The Iraq Freedom Congress (or Iraqi Freedom Congress, IFC) is a libertarian, progressive, democratic, and secularist group that opposes the foreign military occupation, all forms of sectarian violence, Ba'athism, Islamism, and nationalism. The Congress was formed in March 2005 by members of groups including the Worker-Communist Party of Iraq, the Worker-Communist Party of Iran, the Federation of Workers Councils and Unions in Iraq, the Organization of Women's Freedom in Iraq, the Middle East Centre for Women's Rights, the Union of the Unemployed of Iraq, Japan's Movement for Democratic Socialism, and various other activists and university professors.
The IFC has organized self-defense Safety Forces that patrol neighborhoods in Baghdad with a population of around 5,000. They have reduced sectarian violence there to zero.
In September 2006, US troops raided the Baghdad office of the IFC, for the crime of putting up posters and banners opposing the US occupation of Iraq. Troops confiscated most of the office's property and destroyed most of what they left behind. 
On June 7, 2007, US troops again raided the headquarters of the IFC.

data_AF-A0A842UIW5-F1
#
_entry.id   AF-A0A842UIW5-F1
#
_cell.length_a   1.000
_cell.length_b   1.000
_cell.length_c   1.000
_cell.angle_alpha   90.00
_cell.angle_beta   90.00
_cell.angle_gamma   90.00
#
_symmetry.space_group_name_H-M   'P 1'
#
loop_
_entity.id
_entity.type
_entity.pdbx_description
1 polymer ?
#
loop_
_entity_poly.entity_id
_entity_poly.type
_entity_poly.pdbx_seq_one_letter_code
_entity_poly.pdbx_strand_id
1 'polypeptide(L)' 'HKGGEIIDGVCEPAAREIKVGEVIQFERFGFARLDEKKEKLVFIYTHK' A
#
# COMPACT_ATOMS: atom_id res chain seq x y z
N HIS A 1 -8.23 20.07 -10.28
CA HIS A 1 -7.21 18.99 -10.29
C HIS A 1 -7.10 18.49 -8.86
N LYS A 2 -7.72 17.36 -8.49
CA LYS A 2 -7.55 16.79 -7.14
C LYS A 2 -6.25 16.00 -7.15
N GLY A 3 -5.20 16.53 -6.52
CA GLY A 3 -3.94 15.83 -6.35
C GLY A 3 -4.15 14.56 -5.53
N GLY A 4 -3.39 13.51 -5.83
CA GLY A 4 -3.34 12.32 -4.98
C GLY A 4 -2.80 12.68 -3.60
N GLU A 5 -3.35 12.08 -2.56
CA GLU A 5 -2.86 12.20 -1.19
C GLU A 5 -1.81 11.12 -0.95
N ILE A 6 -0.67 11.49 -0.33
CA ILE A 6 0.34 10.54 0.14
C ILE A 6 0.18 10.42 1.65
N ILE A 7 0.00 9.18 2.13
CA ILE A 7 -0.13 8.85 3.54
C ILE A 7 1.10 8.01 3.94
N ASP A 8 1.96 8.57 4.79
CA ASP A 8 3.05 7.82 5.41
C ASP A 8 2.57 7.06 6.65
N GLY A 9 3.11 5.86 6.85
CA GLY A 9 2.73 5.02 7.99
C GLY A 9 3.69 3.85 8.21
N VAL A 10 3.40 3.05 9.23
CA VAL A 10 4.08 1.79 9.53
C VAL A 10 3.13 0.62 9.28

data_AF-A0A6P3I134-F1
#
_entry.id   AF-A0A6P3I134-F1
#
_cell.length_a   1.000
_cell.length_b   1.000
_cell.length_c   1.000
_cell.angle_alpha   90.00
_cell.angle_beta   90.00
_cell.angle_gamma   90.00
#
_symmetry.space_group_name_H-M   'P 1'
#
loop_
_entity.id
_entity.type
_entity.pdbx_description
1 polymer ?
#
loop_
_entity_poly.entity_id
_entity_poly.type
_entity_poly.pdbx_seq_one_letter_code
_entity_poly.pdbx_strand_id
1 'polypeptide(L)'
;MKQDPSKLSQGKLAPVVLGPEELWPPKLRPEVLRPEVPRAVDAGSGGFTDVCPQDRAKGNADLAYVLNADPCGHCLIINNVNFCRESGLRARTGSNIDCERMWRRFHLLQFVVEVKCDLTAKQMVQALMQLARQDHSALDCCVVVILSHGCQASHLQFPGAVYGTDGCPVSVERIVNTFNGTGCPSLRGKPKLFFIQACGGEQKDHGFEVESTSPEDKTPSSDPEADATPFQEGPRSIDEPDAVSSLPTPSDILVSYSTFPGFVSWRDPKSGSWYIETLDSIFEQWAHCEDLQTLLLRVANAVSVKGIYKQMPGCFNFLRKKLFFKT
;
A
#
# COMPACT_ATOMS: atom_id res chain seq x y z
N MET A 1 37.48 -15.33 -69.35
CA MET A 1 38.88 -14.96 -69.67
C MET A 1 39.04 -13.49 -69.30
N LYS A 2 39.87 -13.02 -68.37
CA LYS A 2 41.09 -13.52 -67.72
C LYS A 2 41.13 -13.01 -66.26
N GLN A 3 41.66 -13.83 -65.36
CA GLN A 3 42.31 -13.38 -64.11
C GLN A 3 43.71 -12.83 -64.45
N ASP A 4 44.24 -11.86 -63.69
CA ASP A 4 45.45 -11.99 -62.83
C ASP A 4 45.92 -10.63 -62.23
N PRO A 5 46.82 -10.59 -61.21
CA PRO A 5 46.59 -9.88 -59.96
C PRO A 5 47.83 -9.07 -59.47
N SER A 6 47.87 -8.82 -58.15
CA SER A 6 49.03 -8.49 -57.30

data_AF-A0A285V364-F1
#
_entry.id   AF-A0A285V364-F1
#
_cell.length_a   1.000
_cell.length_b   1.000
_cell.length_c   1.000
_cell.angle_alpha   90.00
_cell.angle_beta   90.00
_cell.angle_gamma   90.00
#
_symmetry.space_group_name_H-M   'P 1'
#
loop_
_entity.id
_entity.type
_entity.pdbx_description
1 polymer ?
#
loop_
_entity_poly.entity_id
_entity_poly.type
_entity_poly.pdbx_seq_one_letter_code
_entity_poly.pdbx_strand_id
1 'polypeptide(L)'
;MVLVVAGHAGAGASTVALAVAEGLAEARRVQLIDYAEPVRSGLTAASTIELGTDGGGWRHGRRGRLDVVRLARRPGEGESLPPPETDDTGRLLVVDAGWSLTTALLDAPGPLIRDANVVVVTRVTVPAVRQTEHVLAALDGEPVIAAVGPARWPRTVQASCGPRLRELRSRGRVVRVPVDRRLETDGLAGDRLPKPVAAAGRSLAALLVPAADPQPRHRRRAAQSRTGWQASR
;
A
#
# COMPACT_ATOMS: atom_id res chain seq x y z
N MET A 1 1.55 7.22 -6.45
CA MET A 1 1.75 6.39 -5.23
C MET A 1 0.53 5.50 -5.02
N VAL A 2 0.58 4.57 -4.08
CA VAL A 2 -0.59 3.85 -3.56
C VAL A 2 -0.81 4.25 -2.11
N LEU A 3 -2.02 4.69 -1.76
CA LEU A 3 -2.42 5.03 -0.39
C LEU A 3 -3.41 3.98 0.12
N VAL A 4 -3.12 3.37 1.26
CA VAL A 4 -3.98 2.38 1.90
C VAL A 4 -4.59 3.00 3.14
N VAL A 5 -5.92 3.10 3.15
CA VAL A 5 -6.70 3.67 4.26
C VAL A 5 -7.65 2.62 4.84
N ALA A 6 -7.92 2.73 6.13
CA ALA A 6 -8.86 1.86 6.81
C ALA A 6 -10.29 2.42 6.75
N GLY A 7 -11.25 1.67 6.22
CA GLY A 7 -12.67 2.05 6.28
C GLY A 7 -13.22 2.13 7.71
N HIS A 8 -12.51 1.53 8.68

On July 4th, 2007, US forces abducted Abdelhussain Saddam, the head of the IFC Safety Forces, from his home, shooting his daughter in the process. His body was discovered at a morgue two days later.  
The IFC has received no mass media coverage, and very little coverage in alternative media.
An American anti-war group, the National Organization for the Iraqi Freedom Struggles, supports the IFC and other freedom-oriented Iraqi groups.
- Official web site
- Manifesto of the IFC
- Statement by the Iraqi Freedom Congress by Samir Adil, February 23, 2006.
- "A 'third pole' in Iraqi politics", Workers' Liberty, May 11, 2005.
- "In Iraq: A Place to be Human First", by Bill Weinberg Yes! Magazine, Summer 2006.
- Iraq's Civil Resistance, by Bill Weinberg, World War 4 Report, December, 2007
- REDIRECT Template:Asia topic